Cubs shut out Pirates on wet, wild night at Wrigley

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by - Senior Writer -
Lefty Jose Quintana struck out 11 as part of a solid outing. (Credit: Quinn Harris-USA TODAY Sports)
Lefty Jose Quintana struck out 11 as part of a solid outing. (Credit: Quinn Harris-USA TODAY Sports)

CHICAGO, Ill. — Rain put a damper on the rubber match between the Chicago Cubs (4-8) and the Pittsburgh Pirates (6-5) at Wrigley Field on Thursday, but it did not prevent the Cubs from coming away with a win for their first series victory of the season. Breaking a scoreless tie via a 2-run seventh, the Cubs won a race against Mother Nature, with the game entering a rain delay following the conclusion of the seventh frame and resuming approximately an hour later. With light rain still falling in the eighth and ninth, the Pirates never seriously threatened the Cubs' lead, and Chicago tabbed a 2-0 victory.

The 2-0 win for Chicago was affected by thunderstorms in the Chicago area. The contest started 30 minutes earlier than originally scheduled in an effort to beat the rain. Prior to the lightning-induced delay, Pirates starting pitcher Joe Musgrove saw an otherwise solid start marred in the seventh. Cubs center fielder Jason Heyward incited the Cubs with a knock to shallow left field that a group of Pirates defenders in pursuit were unable to catch. Heyward could have potentially been credited with a double, but the official scoring listed the play as an error. Second baseman Daniel Descalso then plated Heyward with an RBI single. Descalso went 2-for-3 on the night.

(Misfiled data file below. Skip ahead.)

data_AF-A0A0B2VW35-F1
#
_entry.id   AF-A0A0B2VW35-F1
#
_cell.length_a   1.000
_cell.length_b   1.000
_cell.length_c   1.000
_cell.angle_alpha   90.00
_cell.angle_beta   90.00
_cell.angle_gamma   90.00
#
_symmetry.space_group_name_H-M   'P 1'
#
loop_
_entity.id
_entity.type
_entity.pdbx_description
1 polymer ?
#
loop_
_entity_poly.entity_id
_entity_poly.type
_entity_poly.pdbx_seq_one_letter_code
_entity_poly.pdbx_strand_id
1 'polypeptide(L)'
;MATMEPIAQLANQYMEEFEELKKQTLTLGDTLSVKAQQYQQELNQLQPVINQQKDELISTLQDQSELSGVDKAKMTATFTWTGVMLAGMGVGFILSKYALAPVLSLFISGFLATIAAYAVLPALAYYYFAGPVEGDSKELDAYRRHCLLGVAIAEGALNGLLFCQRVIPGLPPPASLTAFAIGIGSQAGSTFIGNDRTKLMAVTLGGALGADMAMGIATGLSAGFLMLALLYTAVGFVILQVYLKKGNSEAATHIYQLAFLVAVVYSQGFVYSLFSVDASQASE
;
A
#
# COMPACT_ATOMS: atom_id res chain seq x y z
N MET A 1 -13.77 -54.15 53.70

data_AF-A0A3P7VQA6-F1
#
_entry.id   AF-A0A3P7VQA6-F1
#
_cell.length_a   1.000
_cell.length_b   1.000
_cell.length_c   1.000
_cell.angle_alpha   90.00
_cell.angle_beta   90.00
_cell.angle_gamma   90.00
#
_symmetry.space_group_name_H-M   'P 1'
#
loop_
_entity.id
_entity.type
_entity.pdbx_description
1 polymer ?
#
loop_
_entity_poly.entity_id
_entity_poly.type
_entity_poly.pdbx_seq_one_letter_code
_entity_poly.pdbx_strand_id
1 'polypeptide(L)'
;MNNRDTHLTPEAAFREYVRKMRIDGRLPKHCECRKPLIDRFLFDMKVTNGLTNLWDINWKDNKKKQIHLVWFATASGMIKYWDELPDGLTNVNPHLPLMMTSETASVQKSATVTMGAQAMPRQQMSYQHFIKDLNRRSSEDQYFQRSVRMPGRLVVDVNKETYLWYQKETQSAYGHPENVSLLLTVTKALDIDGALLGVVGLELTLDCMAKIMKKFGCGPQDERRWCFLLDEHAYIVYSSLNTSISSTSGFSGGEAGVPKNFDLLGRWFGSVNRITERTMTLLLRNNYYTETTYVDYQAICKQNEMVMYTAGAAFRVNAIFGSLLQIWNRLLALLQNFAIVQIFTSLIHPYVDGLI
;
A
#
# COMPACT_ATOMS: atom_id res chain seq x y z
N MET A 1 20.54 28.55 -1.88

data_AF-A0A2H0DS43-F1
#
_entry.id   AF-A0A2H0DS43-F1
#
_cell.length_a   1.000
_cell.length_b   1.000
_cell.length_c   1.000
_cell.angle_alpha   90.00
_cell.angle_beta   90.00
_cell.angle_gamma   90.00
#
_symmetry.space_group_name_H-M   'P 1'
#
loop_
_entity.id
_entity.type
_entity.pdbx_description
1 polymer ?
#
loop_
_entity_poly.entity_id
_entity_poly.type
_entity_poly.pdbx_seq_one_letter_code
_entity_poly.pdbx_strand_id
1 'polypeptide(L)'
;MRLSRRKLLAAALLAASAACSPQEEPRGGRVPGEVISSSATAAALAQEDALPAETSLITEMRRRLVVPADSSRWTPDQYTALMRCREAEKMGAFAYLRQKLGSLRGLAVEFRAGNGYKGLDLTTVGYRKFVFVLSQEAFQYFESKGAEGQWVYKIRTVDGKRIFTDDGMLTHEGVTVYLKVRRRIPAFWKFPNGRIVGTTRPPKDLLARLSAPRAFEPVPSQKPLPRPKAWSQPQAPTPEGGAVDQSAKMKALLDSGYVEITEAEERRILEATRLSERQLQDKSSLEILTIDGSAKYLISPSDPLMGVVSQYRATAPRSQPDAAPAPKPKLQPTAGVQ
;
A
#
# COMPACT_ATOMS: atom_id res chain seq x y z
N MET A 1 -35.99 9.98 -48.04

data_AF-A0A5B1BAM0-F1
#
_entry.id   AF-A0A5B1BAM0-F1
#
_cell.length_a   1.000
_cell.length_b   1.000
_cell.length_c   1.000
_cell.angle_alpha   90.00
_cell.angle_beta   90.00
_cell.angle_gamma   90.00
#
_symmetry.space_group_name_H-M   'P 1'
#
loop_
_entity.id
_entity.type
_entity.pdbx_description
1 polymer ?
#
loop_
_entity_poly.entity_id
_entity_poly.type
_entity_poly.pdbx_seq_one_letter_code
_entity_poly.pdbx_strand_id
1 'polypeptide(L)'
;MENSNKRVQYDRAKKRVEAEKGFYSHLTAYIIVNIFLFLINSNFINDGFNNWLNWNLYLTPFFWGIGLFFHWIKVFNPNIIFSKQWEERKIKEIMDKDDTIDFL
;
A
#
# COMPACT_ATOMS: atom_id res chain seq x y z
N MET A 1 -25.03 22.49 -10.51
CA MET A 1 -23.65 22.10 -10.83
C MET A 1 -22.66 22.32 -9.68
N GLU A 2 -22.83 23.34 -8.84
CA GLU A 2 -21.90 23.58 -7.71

Cubs catcher Victor Caratini, who was the other Chicago hitter to go 2-for-3, proceeded to drill a double in the gap between right and center that brought Descalso home to put the Cubs ahead 2-0 and chase Musgrove from the game. The Cubs had other opportunities to score prior to the seventh, with Chicago leaving six runners in total stranded on base. A strange double play ruined a scoring opportunity for the North Siders in the sixth. Shortstop Javier Baez hit a pitch directly down into the dirt at his feet, and the ball bounced into fair territory. Right fielder Ben Zobrist attempted to come home from third on the play, although, with runners on second and third, he did not have to do so, and he was tagged out. Interestingly, Baez never left the batter's box, so he was tagged out for an inning-ending double play. However, Baez attempted to convince the umpires that the ball deflected off his foot prior to hitting the dirt and should have therefore been ruled foul. The play was not reviewable, though, so the inning ended with the game still tied 0-0.

In the inning prior, another strange instance took place when Cubs manager Joe Maddon got ejected by home-plate umpire Mike Estabrook for nothing more than a casual conversation. Maddon disagreed with a questionable strike call from the dugout and was warned by Estabrook that he would be thrown out if he came onto the field to argue the call. A defiant Maddon then very casually sauntered onto the field while calmly expressing his frustration concerning Estabrook's strike zone and was subsequently ejected for one of the most amicable ejections in baseball history.


All in all, the Cubs were able to overcame the weirdness of the cold, wet evening in the Windy City and pull out a 2-0 victory. Cubs starting pitcher Jose Quintana dominated in his 7-inning outing by striking out 11 as part of his first winning decision of the season. Chicago will remain home this weekend to battle the Los Angeles Angels (7-6) in a 3-game interleague affair.

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